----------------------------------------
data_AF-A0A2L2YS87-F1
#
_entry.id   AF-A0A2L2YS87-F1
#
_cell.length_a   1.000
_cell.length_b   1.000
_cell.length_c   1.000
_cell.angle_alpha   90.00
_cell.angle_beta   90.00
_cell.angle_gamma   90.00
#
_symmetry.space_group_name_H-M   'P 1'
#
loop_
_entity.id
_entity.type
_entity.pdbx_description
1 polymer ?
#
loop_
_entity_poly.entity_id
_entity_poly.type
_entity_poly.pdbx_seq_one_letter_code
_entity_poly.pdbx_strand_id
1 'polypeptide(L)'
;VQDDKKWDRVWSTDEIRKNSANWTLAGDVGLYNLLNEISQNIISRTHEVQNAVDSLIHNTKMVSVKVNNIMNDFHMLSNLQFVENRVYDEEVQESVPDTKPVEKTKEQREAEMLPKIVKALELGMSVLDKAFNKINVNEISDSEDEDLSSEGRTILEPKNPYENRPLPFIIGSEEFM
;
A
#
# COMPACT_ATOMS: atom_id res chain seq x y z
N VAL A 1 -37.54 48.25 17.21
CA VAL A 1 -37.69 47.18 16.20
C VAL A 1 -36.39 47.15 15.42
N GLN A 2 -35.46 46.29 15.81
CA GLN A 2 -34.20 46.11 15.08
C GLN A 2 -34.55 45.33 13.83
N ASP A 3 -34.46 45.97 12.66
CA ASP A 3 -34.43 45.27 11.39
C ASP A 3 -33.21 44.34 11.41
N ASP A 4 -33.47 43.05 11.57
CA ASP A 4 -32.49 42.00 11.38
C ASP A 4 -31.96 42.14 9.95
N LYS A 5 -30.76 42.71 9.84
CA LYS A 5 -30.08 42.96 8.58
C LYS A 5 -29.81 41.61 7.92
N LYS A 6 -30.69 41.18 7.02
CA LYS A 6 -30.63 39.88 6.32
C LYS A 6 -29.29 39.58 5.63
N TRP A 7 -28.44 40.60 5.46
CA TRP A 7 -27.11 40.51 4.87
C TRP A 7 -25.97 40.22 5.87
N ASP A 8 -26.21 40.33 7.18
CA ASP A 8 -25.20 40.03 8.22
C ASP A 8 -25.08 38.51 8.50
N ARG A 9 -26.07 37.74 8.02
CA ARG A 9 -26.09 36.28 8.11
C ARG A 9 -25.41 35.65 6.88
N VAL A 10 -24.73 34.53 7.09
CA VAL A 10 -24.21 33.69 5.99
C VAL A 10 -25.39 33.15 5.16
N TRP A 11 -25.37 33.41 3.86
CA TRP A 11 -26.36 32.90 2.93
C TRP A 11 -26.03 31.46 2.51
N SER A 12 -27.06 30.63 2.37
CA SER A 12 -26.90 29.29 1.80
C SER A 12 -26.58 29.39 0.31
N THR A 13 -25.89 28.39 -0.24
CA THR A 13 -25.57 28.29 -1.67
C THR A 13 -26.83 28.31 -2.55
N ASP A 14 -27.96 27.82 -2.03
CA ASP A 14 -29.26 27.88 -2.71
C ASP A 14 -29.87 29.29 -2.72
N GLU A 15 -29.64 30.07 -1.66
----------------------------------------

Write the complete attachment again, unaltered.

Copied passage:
data_AF-A0A2L2YS87-F1
#
_entry.id   AF-A0A2L2YS87-F1
#
_cell.length_a   1.000
_cell.length_b   1.000
_cell.length_c   1.000
_cell.angle_alpha   90.00
_cell.angle_beta   90.00
_cell.angle_gamma   90.00
#
_symmetry.space_group_name_H-M   'P 1'
#
loop_
_entity.id
_entity.type
_entity.pdbx_description
1 polymer ?
#
loop_
_entity_poly.entity_id
_entity_poly.type
_entity_poly.pdbx_seq_one_letter_code
_entity_poly.pdbx_strand_id
1 'polypeptide(L)'
;VQDDKKWDRVWSTDEIRKNSANWTLAGDVGLYNLLNEISQNIISRTHEVQNAVDSLIHNTKMVSVKVNNIMNDFHMLSNLQFVENRVYDEEVQESVPDTKPVEKTKEQREAEMLPKIVKALELGMSVLDKAFNKINVNEISDSEDEDLSSEGRTILEPKNPYENRPLPFIIGSEEFM
;
A
#
# COMPACT_ATOMS: atom_id res chain seq x y z
N VAL A 1 -37.54 48.25 17.21
CA VAL A 1 -37.69 47.18 16.20
C VAL A 1 -36.39 47.15 15.42
N GLN A 2 -35.46 46.29 15.81
CA GLN A 2 -34.20 46.11 15.08
C GLN A 2 -34.55 45.33 13.83
N ASP A 3 -34.46 45.97 12.66
CA ASP A 3 -34.43 45.27 11.39
C ASP A 3 -33.21 44.34 11.41
N ASP A 4 -33.47 43.05 11.57
CA ASP A 4 -32.49 42.00 11.38
C ASP A 4 -31.96 42.14 9.95
N LYS A 5 -30.76 42.71 9.84
CA LYS A 5 -30.08 42.96 8.58
C LYS A 5 -29.81 41.61 7.92
N LYS A 6 -30.69 41.18 7.02
CA LYS A 6 -30.63 39.88 6.32
C LYS A 6 -29.29 39.58 5.63
N TRP A 7 -28.44 40.60 5.46
CA TRP A 7 -27.11 40.51 4.87
C TRP A 7 -25.97 40.22 5.87
N ASP A 8 -26.21 40.33 7.18
CA ASP A 8 -25.20 40.03 8.22
C ASP A 8 -25.08 38.51 8.50
N ARG A 9 -26.07 37.74 8.02
CA ARG A 9 -26.09 36.28 8.11
C ARG A 9 -25.41 35.65 6.88
N VAL A 10 -24.73 34.53 7.09
CA VAL A 10 -24.21 33.69 5.99
C VAL A 10 -25.39 33.15 5.16
N TRP A 11 -25.37 33.41 3.86
CA TRP A 11 -26.36 32.90 2.93
C TRP A 11 -26.03 31.46 2.51
N SER A 12 -27.06 30.63 2.37
CA SER A 12 -26.90 29.29 1.80
C SER A 12 -26.58 29.39 0.31
N THR A 13 -25.89 28.39 -0.24
CA THR A 13 -25.57 28.29 -1.67
C THR A 13 -26.83 28.31 -2.55
N ASP A 14 -27.96 27.82 -2.03
CA ASP A 14 -29.26 27.88 -2.71
C ASP A 14 -29.87 29.29 -2.72
N GLU A 15 -29.64 30.07 -1.66